Apocalyptic Realm Jihadists in South Asia Dilip Hiro

Publication date:
21 Feb 2012
Yale University Press
320 pages: 234 x 156 x 37mm
8-page black & white section of illustrations

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This hard hitting and timely book explores the roots of militant Islam in South Asia and how it has grown to become a source of profound global alarm. Dilip Hiro tracks the growth of the jihadist movement from its first violent activities in Afghanistan in 1980 to the present day, challenging previous understandings of the roles of the main players in the region - Afghanistan, Pakistan, the U.S., India, and the Soviet Union - and warning that the Line of Control in Kashmir, where jihadists seek to incite war between Pakistan and India, is today the most dangerous border in the world.

With evidence from a full range of sources including newly released Kremlin archives and classified U.S. Embassy documents published by WikiLeaks, the author compiles the first complete and accurate history of Islamist terrorism throughout South Asia. He chronicles the historic links among Pakistan, Afghanistan, and India and sets forth their varying degrees of destabilization at the hands of the jihadists. He sheds fascinating light on such topics as the Al-Qaeda/Taliban alliance while also providing a broad analysis of the impact of international ambitions in the region. Compact, comprehensive, and fast-paced, this book lays bare the causes of today's escalating terrorist threat, corrects historical misunderstandings, and discusses fresh possibilities for breaking the hold of jihadi extremism.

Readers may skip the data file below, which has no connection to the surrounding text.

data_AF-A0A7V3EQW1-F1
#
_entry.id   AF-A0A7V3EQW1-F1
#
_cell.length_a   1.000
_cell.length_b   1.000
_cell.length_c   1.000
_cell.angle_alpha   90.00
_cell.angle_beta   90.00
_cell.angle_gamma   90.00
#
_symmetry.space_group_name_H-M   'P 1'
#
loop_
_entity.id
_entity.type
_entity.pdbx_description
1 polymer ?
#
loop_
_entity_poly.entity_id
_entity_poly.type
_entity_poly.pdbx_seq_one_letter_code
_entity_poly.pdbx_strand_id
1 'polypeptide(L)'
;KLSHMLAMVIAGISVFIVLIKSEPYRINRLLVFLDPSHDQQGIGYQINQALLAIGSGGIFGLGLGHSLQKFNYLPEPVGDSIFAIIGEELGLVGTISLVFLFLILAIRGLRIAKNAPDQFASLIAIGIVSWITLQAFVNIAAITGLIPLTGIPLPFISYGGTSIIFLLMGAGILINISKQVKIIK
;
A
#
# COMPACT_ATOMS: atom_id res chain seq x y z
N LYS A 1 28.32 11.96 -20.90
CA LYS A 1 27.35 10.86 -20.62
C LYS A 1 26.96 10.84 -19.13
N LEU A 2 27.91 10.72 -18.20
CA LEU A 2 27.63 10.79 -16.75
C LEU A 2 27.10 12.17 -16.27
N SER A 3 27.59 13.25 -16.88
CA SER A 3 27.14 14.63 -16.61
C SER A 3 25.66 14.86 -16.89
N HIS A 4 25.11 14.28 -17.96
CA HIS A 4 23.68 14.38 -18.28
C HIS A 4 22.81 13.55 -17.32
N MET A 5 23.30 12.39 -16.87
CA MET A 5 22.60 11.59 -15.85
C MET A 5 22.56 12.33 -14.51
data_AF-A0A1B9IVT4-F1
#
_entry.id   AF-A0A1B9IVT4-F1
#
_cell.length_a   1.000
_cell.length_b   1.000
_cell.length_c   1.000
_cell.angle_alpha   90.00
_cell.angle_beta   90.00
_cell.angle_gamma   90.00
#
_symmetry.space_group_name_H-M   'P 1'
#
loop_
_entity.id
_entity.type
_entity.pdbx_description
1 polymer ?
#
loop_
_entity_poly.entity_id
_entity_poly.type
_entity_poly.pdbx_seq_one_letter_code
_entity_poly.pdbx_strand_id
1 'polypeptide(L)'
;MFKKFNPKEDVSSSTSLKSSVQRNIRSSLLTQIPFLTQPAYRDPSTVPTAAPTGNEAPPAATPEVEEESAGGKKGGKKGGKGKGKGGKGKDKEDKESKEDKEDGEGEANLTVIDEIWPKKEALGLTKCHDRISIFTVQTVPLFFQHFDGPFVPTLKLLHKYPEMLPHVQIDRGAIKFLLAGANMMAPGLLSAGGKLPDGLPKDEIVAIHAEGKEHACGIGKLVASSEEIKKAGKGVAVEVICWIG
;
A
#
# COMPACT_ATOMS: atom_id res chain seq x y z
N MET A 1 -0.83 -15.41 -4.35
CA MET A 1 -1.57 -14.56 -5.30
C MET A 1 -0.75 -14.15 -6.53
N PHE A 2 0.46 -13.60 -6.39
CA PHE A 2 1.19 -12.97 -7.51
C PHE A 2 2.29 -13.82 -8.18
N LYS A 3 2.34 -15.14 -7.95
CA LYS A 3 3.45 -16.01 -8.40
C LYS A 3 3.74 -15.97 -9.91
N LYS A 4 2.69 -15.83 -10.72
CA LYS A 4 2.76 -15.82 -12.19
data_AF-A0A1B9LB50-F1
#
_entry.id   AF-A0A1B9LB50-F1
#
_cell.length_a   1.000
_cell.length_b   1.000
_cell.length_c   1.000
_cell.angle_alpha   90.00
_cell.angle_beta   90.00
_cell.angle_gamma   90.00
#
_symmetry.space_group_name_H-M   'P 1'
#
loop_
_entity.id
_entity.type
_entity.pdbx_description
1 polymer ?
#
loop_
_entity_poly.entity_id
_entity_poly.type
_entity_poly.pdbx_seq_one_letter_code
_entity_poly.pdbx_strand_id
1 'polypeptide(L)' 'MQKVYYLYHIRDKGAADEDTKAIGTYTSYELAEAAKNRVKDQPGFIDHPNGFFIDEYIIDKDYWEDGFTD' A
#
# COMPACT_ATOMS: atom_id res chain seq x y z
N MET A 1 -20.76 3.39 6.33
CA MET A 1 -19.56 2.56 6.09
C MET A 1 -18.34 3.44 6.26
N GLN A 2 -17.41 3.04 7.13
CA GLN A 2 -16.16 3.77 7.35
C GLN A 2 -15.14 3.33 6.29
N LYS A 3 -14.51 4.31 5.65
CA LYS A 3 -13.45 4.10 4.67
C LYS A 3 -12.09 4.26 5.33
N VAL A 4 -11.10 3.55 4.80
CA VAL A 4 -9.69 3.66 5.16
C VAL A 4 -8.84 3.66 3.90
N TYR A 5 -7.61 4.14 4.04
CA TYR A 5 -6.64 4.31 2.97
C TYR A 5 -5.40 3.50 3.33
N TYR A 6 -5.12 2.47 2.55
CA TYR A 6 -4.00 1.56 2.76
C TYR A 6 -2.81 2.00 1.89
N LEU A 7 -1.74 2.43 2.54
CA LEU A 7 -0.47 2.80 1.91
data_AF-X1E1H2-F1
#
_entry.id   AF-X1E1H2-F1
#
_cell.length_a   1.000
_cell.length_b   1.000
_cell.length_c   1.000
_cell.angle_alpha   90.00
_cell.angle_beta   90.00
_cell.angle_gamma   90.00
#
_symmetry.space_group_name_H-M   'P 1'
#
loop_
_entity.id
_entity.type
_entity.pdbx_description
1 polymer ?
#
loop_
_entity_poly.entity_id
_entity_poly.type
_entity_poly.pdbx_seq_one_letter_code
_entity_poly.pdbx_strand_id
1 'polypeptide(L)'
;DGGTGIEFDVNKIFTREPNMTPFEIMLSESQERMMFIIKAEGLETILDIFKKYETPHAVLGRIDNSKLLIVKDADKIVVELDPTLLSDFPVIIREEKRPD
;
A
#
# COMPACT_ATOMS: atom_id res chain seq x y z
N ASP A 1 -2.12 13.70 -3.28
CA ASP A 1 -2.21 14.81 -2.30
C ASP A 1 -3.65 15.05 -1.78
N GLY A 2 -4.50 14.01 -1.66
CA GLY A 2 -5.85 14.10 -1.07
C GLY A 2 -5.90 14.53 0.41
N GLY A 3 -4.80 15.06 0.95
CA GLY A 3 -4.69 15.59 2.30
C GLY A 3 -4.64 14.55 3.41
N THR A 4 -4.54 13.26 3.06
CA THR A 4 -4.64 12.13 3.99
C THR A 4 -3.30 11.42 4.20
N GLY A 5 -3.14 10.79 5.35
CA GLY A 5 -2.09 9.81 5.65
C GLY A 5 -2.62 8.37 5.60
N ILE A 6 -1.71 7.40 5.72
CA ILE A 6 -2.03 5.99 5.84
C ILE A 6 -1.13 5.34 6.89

Dilip Hiro is the author of more than 30 books, including After Empire: The Birth of the Multipolar World and Inside Central Asia, listed by the Financial Times as one of the best history books of 2009. He lives in London.

'Dilip Hiro’s new book is a detailed, meticulously researched and felicitously written account of the nature and causes of religious militancy and terrorism in South Asia. It is full of some surprising bits of information and provides an objective and coherent narrative of this troubled region. A most welcome addition to the current literature on the subject.' - Bhikhu Parekh, author of A New Politics of Identity: Political Principles for an Interdependent World

'Over forty years Dilip Hiro has written thirty-odd serious political commentaries, focusing mainly but not exclusively on events in the Middle East and in Central and South Asia. His approach has always been admirably non-partisan and polemic-free. Providing  a compelling context for (amongst other groups) the Taliban, Apocalyptic Realm is a welcome addition to an oustandingly disciplined  body of work.' - Justin Wintle, author of Perfect Hostage: A Life of Aung San Suu Kyi

"Mr. Hiro ought to be commended for attempting to bring a regional lens to a subject too often written about in narrower terms."—Sadanand Dhume, Wall Street Journal